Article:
First Time User? Sign Up Now
First Time User? Enroll now.
Home > Health Library > Sensory Processing Disorder
Children with sensory processing disorder have difficulty processing information from the senses (touch, movement, smell, taste, vision, and hearing) and responding appropriately to that information. These children typically have one or more senses that either over- or underreact to stimulation. Sensory processing disorder can cause problems with a child's development and behavior.
Children with autism and other developmental disabilities often have sensory processing disorder. But sensory processing disorder can also be associated with premature birth, brain injury, learning disorders, and other conditions.
The exact cause of sensory processing disorder is not known. It is commonly seen in people with autism, Asperger's syndrome, and other developmental disabilities. Most research suggests that people with autism have irregular brain function. More study is needed to determine the cause of these irregularities, but current research indicates they may be inherited.
Children with sensory processing disorder cannot properly process sensory stimulation from the outside world. Your child may:
The American Academy of Pediatrics (AAP) recommends that children who show signs of a sensory problem be checked for other conditions, such as autism spectrum disorder or an anxiety disorder. A doctor who has special training to care for children with development and behavior concerns or a mental health professional can check for these conditions. Your child may also see an occupational therapist (OT). The OT will observe how your child stands and balances, his or her coordination, eye movements, and how your child responds to stimulation.
Sensory integration therapy, usually conducted by an occupational or physical therapist, is often recommended for children who have sensory processing disorder. It focuses on activities that challenge the child with sensory input. The therapist then helps the child respond appropriately to this sensory stimulus.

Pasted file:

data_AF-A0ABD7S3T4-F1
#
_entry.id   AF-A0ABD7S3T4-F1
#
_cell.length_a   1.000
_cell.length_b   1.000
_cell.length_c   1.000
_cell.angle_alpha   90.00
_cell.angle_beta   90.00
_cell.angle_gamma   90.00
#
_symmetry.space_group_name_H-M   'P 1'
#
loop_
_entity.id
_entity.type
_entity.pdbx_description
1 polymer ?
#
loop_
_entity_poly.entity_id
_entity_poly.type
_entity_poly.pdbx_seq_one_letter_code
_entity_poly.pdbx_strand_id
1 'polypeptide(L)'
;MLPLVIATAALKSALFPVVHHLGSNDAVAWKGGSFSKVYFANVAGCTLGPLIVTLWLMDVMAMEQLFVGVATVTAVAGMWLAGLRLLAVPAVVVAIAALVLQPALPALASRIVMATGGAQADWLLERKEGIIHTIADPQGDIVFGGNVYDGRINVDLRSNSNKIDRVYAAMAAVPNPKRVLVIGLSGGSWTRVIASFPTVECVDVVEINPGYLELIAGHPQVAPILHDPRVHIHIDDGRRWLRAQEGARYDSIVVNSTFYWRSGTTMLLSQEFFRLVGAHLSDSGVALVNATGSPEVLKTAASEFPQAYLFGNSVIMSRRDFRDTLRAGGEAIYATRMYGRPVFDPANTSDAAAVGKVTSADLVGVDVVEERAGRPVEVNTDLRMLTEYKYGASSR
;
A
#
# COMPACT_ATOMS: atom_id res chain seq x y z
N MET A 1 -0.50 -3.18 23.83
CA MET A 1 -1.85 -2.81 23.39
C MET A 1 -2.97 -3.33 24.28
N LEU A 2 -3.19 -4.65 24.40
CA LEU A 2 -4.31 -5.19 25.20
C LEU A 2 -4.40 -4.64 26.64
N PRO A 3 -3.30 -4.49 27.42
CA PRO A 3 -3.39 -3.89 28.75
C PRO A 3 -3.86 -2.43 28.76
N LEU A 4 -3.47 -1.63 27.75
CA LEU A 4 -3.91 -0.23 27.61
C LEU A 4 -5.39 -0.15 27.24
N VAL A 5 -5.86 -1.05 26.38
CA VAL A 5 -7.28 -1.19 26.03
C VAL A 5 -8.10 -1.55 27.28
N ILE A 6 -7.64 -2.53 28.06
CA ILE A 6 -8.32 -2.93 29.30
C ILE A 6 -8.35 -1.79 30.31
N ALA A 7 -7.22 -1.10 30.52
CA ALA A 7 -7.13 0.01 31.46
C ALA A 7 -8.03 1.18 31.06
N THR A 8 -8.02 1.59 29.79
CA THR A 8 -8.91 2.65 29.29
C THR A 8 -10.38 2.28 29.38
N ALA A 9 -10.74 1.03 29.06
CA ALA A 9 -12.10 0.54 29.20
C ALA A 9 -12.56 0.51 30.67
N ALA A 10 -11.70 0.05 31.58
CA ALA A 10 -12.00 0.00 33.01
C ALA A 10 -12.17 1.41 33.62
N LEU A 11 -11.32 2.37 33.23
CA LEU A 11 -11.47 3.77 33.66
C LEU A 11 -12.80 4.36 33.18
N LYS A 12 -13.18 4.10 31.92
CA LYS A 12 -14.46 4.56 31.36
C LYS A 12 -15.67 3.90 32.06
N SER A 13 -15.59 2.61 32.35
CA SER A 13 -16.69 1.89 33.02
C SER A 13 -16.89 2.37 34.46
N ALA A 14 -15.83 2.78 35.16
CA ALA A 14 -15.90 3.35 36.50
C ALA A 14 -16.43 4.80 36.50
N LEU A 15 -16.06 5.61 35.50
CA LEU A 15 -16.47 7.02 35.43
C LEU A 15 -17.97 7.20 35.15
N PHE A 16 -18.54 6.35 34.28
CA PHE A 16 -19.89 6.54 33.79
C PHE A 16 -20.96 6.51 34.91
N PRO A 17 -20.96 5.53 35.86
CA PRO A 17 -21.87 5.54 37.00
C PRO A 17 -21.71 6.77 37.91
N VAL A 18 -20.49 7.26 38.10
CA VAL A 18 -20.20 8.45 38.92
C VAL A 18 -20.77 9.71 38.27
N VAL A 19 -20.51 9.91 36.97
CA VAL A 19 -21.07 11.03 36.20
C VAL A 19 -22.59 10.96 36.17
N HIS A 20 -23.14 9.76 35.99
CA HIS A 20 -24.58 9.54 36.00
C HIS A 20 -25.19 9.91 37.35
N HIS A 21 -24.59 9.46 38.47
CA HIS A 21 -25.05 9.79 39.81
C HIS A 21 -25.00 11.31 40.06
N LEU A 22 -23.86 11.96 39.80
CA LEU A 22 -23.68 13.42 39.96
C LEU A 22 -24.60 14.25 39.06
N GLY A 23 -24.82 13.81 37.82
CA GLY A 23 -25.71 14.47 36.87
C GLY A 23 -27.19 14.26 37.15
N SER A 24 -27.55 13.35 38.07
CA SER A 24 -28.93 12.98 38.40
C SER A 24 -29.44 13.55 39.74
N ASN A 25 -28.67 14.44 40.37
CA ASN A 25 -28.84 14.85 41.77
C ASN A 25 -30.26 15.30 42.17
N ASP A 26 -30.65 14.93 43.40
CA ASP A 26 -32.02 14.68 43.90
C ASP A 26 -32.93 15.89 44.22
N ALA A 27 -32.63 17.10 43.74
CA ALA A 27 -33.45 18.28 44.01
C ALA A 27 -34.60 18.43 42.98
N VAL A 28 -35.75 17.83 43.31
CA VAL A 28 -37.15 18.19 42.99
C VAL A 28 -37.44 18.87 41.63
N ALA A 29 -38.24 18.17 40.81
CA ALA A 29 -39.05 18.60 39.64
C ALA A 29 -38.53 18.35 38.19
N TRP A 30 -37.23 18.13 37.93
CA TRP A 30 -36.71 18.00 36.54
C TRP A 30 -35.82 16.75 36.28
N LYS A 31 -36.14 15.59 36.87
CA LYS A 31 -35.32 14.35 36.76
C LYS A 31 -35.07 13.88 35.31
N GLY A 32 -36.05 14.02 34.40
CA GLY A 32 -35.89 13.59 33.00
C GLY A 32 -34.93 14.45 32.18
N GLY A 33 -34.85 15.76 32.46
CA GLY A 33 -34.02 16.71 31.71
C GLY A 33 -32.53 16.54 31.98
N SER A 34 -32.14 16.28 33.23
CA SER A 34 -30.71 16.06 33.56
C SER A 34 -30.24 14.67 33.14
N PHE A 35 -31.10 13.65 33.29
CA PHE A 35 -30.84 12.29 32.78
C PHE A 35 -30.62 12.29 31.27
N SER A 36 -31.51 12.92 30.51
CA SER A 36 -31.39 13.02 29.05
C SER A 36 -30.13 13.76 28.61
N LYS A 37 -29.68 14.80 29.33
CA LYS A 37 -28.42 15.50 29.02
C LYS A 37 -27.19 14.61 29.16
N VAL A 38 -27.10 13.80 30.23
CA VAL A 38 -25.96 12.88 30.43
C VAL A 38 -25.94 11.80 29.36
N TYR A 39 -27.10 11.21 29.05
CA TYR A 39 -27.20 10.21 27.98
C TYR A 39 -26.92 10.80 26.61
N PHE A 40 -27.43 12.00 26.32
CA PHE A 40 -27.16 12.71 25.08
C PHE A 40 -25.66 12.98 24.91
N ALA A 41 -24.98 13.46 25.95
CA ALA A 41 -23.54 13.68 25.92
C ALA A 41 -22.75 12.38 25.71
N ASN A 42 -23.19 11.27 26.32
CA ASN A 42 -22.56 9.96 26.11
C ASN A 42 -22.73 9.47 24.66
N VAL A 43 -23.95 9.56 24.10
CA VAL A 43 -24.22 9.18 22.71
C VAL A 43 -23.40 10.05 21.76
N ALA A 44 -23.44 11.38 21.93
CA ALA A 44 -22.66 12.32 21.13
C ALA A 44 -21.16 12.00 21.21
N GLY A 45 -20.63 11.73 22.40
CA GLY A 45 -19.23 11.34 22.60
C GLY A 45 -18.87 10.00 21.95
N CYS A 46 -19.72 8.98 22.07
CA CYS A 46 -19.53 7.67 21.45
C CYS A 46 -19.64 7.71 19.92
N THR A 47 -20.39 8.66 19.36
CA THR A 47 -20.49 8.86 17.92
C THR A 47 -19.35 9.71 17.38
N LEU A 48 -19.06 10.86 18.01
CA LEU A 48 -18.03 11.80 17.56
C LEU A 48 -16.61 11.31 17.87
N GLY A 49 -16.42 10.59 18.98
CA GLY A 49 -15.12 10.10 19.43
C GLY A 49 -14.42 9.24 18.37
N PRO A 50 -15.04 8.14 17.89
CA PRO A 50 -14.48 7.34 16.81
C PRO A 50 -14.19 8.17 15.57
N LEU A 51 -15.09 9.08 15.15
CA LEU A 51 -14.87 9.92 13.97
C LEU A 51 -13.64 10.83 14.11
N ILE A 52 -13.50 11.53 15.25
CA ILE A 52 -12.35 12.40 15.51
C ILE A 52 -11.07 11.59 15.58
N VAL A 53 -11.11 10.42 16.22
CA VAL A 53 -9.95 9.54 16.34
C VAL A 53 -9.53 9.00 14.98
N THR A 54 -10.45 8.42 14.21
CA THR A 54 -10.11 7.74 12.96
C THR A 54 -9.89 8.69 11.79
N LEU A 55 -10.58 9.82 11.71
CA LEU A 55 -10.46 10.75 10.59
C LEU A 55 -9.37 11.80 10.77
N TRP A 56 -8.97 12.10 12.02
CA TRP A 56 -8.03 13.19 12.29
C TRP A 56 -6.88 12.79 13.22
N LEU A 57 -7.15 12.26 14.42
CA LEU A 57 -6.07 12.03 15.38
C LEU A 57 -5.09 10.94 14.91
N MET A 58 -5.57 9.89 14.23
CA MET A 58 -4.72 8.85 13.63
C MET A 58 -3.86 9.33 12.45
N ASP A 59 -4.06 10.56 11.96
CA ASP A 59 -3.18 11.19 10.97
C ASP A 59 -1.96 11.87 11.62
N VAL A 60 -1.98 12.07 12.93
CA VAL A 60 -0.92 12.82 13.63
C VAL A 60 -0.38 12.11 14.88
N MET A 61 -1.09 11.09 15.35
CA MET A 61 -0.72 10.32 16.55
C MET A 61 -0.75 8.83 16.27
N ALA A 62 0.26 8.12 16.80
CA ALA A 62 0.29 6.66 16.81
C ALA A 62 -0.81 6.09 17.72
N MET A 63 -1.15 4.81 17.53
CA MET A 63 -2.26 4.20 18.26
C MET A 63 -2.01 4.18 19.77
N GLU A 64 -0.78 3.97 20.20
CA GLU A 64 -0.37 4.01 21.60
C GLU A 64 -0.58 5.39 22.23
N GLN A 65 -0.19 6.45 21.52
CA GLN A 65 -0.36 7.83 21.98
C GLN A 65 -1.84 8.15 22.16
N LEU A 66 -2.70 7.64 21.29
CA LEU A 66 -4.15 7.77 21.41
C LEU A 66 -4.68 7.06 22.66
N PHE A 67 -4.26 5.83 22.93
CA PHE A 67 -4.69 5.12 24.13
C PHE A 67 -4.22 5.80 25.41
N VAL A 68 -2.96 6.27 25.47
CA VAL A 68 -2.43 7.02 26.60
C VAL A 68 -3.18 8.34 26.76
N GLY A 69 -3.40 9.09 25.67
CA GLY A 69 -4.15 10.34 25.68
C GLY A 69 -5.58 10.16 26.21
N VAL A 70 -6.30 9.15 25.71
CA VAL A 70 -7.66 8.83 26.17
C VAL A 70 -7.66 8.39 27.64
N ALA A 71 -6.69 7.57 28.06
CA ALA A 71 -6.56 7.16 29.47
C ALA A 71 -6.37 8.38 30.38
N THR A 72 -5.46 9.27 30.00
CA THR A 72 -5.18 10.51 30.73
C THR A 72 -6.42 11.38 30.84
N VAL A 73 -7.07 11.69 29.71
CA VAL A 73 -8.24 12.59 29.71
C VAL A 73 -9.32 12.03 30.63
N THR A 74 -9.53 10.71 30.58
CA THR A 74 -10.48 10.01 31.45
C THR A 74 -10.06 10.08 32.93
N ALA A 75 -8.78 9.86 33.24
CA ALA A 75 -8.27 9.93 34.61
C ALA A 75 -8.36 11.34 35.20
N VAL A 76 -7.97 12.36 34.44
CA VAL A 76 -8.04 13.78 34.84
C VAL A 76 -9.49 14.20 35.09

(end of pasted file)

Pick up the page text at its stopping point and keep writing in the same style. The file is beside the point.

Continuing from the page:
Therapy might include applying deep touch pressure to a child's skin with the goal of allowing him or her to become more used to and process being touched. Also, play such as tug-of-war or with heavy objects, such as a medicine ball, can help increase a child's awareness of her or his own body in space and how it relates to other people.
Although it has not been widely studied, many therapists have found that sensory integration therapy improves problem behaviors.
Current as ofSeptember 11, 2018
Author: Healthwise StaffMedical Review: John Pope, MD, MPH - PediatricsKathleen Romito, MD - Family MedicineLouis Pellegrino, MD - Developmental Pediatrics
Current as of:
September 11, 2018
Medical Review:John Pope, MD, MPH - Pediatrics & Kathleen Romito, MD - Family Medicine & Louis Pellegrino, MD - Developmental Pediatrics
To learn more about Healthwise, visit Healthwise.org.
© 1995-2018 Healthwise, Incorporated. Healthwise, Healthwise for every health decision, and the Healthwise logo are trademarks of Healthwise, Incorporated.
34 Healthpark Way
Suite 100 C
Clayton, NC 27520
781 Avent Ferry Road
REX Healthcare of Holly Springs, Suite 204
Holly Springs, NC 27540
4207 Lake Boone Trail
Rexwoods II, Suite 220
Raleigh, NC 27607
UNC REX Healthcare4420 Lake Boone TrailRaleigh, NC 27607, USA919-784-3100
Chosen for Excellence
Co-Worker & Physician Login
UNC Health Talk
Copyright 2019 UNC Health Care. All rights reserved.